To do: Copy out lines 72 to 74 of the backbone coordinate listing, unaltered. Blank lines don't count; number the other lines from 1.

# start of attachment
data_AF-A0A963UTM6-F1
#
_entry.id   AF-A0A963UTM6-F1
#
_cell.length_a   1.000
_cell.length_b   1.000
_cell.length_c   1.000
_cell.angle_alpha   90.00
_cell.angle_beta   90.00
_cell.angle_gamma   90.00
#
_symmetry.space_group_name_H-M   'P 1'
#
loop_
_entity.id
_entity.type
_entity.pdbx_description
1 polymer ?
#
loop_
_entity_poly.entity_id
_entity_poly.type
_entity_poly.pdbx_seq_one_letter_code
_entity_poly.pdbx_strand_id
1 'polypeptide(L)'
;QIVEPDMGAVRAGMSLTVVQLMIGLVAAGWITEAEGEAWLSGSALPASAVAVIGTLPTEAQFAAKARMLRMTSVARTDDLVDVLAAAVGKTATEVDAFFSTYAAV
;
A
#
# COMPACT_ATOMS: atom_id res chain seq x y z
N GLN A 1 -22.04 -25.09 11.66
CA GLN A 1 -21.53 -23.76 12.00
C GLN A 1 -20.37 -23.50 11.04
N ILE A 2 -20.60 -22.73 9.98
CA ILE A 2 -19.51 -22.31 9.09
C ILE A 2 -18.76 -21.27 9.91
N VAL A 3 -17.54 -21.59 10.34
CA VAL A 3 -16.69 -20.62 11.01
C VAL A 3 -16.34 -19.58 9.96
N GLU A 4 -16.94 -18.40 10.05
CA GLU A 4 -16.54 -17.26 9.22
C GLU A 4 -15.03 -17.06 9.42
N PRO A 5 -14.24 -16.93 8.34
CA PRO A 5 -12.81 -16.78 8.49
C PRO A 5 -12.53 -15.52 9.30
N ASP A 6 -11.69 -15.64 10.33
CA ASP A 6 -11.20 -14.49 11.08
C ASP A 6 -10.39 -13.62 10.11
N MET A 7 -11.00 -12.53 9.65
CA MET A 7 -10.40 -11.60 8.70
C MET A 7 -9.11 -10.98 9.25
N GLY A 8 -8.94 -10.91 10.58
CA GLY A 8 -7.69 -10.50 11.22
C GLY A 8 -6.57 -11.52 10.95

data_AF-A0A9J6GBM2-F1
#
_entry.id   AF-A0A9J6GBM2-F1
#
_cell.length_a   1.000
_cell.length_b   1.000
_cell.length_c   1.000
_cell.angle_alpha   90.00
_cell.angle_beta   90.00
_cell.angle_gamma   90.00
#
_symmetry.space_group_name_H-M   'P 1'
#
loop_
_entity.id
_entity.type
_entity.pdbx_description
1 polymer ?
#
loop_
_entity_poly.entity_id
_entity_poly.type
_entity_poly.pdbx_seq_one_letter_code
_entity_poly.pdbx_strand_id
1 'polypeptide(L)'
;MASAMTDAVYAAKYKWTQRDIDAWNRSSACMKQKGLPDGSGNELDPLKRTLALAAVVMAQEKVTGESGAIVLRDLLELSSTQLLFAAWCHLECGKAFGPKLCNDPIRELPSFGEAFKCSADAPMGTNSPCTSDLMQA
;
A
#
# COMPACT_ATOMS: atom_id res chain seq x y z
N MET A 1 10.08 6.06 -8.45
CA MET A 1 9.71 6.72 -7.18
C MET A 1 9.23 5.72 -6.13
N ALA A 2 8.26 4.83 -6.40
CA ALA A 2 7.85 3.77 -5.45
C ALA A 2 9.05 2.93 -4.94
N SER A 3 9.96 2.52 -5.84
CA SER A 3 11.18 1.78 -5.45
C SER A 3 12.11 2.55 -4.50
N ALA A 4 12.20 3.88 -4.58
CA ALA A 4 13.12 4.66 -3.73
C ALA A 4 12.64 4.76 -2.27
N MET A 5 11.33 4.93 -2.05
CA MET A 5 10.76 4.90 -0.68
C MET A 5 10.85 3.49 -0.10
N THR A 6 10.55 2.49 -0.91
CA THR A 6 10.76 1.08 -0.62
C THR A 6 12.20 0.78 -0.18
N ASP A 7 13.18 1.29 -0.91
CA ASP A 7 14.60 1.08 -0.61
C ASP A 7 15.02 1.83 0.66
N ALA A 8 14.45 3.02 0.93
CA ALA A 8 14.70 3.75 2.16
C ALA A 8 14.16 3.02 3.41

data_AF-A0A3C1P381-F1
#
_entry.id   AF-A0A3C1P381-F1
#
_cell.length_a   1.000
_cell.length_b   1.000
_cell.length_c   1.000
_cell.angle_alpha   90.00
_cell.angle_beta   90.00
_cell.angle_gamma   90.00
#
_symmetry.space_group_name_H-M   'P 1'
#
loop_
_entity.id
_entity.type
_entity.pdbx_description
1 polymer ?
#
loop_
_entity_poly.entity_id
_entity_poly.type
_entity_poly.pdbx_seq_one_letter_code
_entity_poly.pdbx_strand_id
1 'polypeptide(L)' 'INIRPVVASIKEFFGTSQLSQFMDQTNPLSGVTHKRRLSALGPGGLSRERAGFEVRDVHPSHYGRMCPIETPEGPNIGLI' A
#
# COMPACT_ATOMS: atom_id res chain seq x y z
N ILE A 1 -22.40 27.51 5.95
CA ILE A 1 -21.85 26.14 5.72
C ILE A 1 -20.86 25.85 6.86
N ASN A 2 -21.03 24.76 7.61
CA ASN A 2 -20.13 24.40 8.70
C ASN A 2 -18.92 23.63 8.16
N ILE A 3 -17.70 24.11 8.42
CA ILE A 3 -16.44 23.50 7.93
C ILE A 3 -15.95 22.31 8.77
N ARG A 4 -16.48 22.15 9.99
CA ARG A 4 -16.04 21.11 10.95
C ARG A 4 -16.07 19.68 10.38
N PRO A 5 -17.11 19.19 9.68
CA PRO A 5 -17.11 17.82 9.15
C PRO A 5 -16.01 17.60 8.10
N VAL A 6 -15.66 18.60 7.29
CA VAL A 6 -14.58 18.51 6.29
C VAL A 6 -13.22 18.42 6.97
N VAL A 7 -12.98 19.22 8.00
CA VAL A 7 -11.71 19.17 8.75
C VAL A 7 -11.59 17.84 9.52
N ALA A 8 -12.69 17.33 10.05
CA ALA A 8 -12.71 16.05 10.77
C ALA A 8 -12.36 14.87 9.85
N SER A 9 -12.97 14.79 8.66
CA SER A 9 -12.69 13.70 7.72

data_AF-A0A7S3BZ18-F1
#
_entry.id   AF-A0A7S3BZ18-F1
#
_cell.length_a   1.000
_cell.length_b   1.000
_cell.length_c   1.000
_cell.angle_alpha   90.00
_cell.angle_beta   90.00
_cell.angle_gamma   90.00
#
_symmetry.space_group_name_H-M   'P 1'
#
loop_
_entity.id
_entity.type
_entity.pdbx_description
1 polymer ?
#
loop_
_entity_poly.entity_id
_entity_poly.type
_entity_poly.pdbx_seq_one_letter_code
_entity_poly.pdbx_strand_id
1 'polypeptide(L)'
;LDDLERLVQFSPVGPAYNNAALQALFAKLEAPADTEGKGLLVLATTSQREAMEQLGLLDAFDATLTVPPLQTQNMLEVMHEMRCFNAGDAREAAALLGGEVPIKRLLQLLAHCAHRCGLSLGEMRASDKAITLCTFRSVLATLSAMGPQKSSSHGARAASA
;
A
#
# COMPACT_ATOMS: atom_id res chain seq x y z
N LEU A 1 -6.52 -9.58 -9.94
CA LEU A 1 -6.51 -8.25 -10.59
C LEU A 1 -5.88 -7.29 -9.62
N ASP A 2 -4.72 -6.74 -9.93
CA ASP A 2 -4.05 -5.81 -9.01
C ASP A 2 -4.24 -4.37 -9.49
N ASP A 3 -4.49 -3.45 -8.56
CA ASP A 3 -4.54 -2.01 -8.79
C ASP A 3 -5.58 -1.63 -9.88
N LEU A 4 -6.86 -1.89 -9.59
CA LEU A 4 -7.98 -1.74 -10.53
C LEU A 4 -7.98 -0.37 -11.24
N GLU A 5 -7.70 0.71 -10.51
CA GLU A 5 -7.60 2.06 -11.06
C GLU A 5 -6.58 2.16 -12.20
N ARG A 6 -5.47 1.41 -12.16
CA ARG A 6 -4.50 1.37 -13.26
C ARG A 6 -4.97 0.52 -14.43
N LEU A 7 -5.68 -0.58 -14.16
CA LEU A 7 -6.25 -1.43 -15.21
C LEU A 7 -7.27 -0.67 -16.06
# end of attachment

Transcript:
1 polymer ?
#
loop_